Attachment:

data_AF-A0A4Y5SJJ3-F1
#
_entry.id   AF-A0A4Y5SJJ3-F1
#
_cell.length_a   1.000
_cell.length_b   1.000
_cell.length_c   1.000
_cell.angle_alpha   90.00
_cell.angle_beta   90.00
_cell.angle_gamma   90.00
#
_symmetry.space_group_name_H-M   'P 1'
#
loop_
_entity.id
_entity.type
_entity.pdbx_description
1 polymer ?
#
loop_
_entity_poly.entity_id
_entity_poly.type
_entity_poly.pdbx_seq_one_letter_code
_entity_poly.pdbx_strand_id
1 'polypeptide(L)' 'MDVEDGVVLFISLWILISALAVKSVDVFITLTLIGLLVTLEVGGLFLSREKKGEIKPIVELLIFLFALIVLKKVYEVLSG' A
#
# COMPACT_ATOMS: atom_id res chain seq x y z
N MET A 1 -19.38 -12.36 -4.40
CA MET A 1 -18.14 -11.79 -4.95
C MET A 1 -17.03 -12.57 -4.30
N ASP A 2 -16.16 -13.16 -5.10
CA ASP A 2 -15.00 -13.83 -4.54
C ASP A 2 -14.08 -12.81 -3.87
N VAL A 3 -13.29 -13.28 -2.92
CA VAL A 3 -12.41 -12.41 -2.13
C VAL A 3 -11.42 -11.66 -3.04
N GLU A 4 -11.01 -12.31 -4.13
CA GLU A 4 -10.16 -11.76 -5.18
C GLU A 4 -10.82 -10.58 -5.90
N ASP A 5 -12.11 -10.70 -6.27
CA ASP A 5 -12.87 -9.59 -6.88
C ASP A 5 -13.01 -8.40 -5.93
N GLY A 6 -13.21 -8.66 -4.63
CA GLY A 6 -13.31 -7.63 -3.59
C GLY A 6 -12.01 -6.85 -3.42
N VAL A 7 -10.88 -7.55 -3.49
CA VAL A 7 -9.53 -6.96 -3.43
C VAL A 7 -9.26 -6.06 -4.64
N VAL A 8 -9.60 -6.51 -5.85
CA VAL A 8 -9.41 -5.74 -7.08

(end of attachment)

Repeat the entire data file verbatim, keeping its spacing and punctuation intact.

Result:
data_AF-A0A4Y5SJJ3-F1
#
_entry.id   AF-A0A4Y5SJJ3-F1
#
_cell.length_a   1.000
_cell.length_b   1.000
_cell.length_c   1.000
_cell.angle_alpha   90.00
_cell.angle_beta   90.00
_cell.angle_gamma   90.00
#
_symmetry.space_group_name_H-M   'P 1'
#
loop_
_entity.id
_entity.type
_entity.pdbx_description
1 polymer ?
#
loop_
_entity_poly.entity_id
_entity_poly.type
_entity_poly.pdbx_seq_one_letter_code
_entity_poly.pdbx_strand_id
1 'polypeptide(L)' 'MDVEDGVVLFISLWILISALAVKSVDVFITLTLIGLLVTLEVGGLFLSREKKGEIKPIVELLIFLFALIVLKKVYEVLSG' A
#
# COMPACT_ATOMS: atom_id res chain seq x y z
N MET A 1 -19.38 -12.36 -4.40
CA MET A 1 -18.14 -11.79 -4.95
C MET A 1 -17.03 -12.57 -4.30
N ASP A 2 -16.16 -13.16 -5.10
CA ASP A 2 -15.00 -13.83 -4.54
C ASP A 2 -14.08 -12.81 -3.87
N VAL A 3 -13.29 -13.28 -2.92
CA VAL A 3 -12.41 -12.41 -2.13
C VAL A 3 -11.42 -11.66 -3.04
N GLU A 4 -11.01 -12.31 -4.13
CA GLU A 4 -10.16 -11.76 -5.18
C GLU A 4 -10.82 -10.58 -5.90
N ASP A 5 -12.11 -10.70 -6.27
CA ASP A 5 -12.87 -9.59 -6.88
C ASP A 5 -13.01 -8.40 -5.93
N GLY A 6 -13.21 -8.66 -4.63
CA GLY A 6 -13.31 -7.63 -3.59
C GLY A 6 -12.01 -6.85 -3.42
N VAL A 7 -10.88 -7.55 -3.49
CA VAL A 7 -9.53 -6.96 -3.43
C VAL A 7 -9.26 -6.06 -4.64
N VAL A 8 -9.60 -6.51 -5.85
CA VAL A 8 -9.41 -5.74 -7.08